Portrait of John Dickinson


Jane E. Calvert, Director and Chief Editor

Advisory Board

R.B. Bernstein (J.D., Harvard Law School, 1980) is Lecturer in Political Science at City College of New York and distinguished adjunct professor of law at New York Law School. A specialist in the history of the American Revolutionary Era, his numerous publications include The Founding Fathers Reconsidered (Oxford, 2009), a finalist for the George Washington Book Prize, and most recently, The Education of John Adams (Oxford, 2020).

Kenneth R. Bowling (Ph.D., University of Wisconsin-Madison, 1968) is Coeditor of the First Federal Congress Project at The George Washington University. He is the author of The Creation of Washington D.C. (Fairfax, VA: George Mason University Press, 1993) and numerous articles on topics relating to the constitutional history of the American Revolution. He is author of “New Light on the Philadelphia Mutiny of 1783” in the Pennsylvania Magazine of History and Biography on Dickinson’s role in the incident. He serves on the advisory board of the Papers of Gouverneur Morris.

Randy J. Holland (J.D., University of Pennsylvania Law School, 1972; L.L.M., University of Virginia Law School, 1998) is former Associate Justice of the Delaware Supreme Court, where he served for over thirty years. He is an internationally renowned jurist, author, and former President of the American Inns of Court. He is also the co-author of Middle Temple Lawyers and the American Revolution (Thomson-West, 2007), a portion of which pertains to Dickinson, and The Delaware State Constitution: A Reference Guide (Greenwood Press, 2002).. He is currently Senior Of Counsel in the Wilmington, Del., office of Wilson Sonsini Goodrich & Rosati.

Alison L. LaCroix (J.D. Yale Law School, 1999; Ph.D., Harvard University, 2007) is the Robert Newton Reid Professor of Law at the University of Chicago Law School and an Associate Member of the University of Chicago Department of History. She specializes in US legal history and is the author of The Ideological Origins of American Federalism (Harvard, 2010). She is currently completing a manuscript for Yale University Press entitled “The Interbellum Constitution: Union, Commerce, and Slavery from the Long Founding Moment to the Civil War.”

Ondine Le Blanc (Ph.D., University of Michigan, 1994) is the Worthington C. Ford Editor of Publications at the Massachusetts Historical Society. Since 1997, Le Blanc has helped to publish diaries, journals, notebooks, memoirs, autobiographies, and other documentary editions. She served as the original project manager of the Adams Papers Digital Editions, overseeing the conversion of thirty-five separate print volumes into a single consolidated online edition and is managing a similar effort for the Winthrop Papers. She is also a former president of the Association for Documentary Editing.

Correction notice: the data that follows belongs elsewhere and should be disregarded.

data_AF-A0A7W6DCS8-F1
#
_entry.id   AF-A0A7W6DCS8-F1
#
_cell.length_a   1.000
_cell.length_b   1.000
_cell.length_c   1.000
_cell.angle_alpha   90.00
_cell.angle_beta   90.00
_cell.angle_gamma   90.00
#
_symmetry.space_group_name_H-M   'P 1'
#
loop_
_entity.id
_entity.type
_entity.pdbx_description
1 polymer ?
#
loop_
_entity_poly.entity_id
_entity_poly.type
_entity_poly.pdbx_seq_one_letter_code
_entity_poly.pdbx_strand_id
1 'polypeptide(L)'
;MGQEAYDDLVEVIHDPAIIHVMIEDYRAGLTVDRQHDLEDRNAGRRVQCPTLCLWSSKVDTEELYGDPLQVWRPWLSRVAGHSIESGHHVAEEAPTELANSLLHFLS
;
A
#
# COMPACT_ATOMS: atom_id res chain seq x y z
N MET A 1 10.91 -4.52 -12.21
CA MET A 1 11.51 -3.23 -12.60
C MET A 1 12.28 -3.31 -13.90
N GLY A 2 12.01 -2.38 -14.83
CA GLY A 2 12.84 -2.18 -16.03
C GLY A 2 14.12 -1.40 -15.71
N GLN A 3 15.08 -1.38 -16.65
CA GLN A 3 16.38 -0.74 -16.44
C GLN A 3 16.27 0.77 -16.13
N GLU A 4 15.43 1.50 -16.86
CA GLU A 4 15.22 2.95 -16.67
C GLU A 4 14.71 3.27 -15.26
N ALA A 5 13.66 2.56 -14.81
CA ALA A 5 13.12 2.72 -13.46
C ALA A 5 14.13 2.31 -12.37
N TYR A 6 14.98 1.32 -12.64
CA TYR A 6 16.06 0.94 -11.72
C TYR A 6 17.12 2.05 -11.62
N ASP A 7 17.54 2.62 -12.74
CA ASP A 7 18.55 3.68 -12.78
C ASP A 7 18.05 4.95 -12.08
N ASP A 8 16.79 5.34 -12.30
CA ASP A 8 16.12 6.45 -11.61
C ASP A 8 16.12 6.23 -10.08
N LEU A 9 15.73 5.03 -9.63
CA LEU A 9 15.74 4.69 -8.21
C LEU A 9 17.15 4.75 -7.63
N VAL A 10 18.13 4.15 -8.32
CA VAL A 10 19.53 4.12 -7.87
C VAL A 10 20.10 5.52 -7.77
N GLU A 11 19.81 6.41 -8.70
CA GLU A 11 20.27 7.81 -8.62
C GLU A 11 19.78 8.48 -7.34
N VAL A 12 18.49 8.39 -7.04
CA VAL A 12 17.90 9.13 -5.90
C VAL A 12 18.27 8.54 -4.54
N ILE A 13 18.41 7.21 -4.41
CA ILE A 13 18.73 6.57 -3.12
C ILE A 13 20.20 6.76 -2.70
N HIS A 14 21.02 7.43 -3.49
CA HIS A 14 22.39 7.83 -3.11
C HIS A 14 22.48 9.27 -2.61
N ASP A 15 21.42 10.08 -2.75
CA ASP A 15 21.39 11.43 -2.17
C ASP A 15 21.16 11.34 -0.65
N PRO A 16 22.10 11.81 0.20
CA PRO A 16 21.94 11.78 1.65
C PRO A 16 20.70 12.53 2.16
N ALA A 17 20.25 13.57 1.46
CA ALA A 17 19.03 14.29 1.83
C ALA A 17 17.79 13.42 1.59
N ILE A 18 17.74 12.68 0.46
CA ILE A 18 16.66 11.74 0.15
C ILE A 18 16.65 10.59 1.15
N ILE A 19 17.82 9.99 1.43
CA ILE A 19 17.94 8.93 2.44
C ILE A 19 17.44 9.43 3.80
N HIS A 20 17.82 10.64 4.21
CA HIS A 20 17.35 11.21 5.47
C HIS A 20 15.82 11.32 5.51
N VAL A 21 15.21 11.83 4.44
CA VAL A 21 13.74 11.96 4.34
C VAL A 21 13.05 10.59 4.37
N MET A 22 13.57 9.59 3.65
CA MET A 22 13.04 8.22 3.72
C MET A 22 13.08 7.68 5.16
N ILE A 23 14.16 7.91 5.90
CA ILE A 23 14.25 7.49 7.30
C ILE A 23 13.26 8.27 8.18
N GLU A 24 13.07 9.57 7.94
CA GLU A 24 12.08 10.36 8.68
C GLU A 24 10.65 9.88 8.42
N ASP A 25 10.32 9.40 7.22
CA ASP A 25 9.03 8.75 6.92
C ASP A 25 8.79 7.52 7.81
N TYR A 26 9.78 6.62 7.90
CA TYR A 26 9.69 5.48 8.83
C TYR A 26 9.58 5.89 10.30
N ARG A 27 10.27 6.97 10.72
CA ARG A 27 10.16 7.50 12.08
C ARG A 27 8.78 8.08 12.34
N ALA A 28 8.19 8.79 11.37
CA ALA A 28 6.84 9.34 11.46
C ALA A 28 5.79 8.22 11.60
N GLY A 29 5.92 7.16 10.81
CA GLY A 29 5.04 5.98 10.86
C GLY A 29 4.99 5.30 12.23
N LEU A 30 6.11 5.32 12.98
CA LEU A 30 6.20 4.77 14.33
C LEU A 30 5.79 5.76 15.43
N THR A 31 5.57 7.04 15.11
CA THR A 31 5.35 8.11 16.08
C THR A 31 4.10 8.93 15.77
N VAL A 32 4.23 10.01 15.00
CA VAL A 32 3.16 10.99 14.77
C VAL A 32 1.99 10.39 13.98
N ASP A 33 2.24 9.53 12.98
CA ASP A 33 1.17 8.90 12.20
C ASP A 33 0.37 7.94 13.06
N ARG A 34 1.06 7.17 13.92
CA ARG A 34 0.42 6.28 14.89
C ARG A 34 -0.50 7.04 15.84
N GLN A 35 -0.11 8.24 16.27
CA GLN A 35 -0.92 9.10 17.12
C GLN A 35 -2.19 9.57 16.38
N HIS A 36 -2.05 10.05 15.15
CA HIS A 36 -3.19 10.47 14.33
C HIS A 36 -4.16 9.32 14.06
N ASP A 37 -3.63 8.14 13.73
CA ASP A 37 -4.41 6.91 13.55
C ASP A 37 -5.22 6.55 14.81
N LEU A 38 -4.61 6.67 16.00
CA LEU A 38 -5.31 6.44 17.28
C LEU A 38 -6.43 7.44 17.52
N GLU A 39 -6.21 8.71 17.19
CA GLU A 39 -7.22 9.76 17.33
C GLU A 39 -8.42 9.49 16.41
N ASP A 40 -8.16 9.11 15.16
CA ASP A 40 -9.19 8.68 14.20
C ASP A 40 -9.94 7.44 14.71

J. Jefferson Looney (Ph.D., Princeton University) is the Daniel P. Jordan Editor of The Papers of Thomas Jefferson: Retirement Series at the Thomas Jefferson Foundation at Monticello. He has overseen the publication of sixteen volumes of the Jefferson Papers, and was previously the editor of the Dictionary of Virginia Biography, Princetonians: A Biographical Dictionary, and College As It Is: A Collegian’s Manual in 1853.

Jack N. Rakove (Ph.D., Harvard University, 1975) is the William Robertson Coe Professor of History and American Studies and Professor of Political Science and (by courtesy) Law, Emeritus, at Stanford University. Specializing in the history of the American founding, Rakove is the author of, among other publications, Original Meanings: Politics and Ideas in the Making of the Constitution (Knopf, 1996), which won the Pulitzer Prize in History, and Revolutionaries: A New History of the Invention of America (Houghton Mifflin Harcourt, 2010), which was a finalist for the George Washington Prize.

John C. Van Horne (Ph.D., University of Virginia, 1979) is Director Emeritus of the Library Company of Philadelphia and formerly Editor of The Papers of Benjamin Henry Latrobe. He is the author of articles and the editor of many volumes of documents in various fields of early American history. He is also an elected fellow of the American Antiquarian Society and an elected member of the American Philosophical Society.

Karin Wulf (Ph.D., The Johns Hopkins University, 1993) is Executive Director of the Omohundro Institute of Early American History & Culture and Professor of History at William & Mary. She is the author or editor of books about gender, politics, and women’s writing in early America, including Not All Wives: Women of Colonial Philadelphia (Penn, 2005). Her current project, “Lineage: Genealogy and the Politics of Connection in British America, 1680–1820,” is a study of the relationship between genealogical practices and political culture.

Portrait of John Dickinson and manuscript image courtesy of The Library Company of Philadelphia